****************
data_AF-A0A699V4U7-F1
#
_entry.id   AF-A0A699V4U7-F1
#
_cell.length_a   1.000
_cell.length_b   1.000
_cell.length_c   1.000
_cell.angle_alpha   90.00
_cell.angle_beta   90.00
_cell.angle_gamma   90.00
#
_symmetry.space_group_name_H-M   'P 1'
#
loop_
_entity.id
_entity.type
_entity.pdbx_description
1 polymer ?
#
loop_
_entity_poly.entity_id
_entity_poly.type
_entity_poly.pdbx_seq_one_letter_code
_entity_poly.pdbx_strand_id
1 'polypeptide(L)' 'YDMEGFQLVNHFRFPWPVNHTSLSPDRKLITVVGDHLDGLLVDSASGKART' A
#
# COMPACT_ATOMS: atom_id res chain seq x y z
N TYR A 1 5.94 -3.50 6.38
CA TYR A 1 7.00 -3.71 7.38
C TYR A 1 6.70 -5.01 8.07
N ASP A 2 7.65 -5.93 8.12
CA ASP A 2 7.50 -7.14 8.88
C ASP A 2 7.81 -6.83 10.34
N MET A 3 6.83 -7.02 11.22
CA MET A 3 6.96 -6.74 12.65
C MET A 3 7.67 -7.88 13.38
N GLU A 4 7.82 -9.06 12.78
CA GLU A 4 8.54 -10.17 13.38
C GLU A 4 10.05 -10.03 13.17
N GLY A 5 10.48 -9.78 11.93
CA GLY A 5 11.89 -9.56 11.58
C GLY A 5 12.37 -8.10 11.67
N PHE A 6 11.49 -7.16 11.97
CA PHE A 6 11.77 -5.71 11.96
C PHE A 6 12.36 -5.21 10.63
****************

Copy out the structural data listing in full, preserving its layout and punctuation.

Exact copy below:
data_AF-A0A699V4U7-F1
#
_entry.id   AF-A0A699V4U7-F1
#
_cell.length_a   1.000
_cell.length_b   1.000
_cell.length_c   1.000
_cell.angle_alpha   90.00
_cell.angle_beta   90.00
_cell.angle_gamma   90.00
#
_symmetry.space_group_name_H-M   'P 1'
#
loop_
_entity.id
_entity.type
_entity.pdbx_description
1 polymer ?
#
loop_
_entity_poly.entity_id
_entity_poly.type
_entity_poly.pdbx_seq_one_letter_code
_entity_poly.pdbx_strand_id
1 'polypeptide(L)' 'YDMEGFQLVNHFRFPWPVNHTSLSPDRKLITVVGDHLDGLLVDSASGKART' A
#
# COMPACT_ATOMS: atom_id res chain seq x y z
N TYR A 1 5.94 -3.50 6.38
CA TYR A 1 7.00 -3.71 7.38
C TYR A 1 6.70 -5.01 8.07
N ASP A 2 7.65 -5.93 8.12
CA ASP A 2 7.50 -7.14 8.88
C ASP A 2 7.81 -6.83 10.34
N MET A 3 6.83 -7.02 11.22
CA MET A 3 6.96 -6.74 12.65
C MET A 3 7.67 -7.88 13.38
N GLU A 4 7.82 -9.06 12.78
CA GLU A 4 8.54 -10.17 13.38
C GLU A 4 10.05 -10.03 13.17
N GLY A 5 10.48 -9.78 11.93
CA GLY A 5 11.89 -9.56 11.58
C GLY A 5 12.37 -8.10 11.67
N PHE A 6 11.49 -7.16 11.97
CA PHE A 6 11.77 -5.71 11.96
C PHE A 6 12.36 -5.21 10.63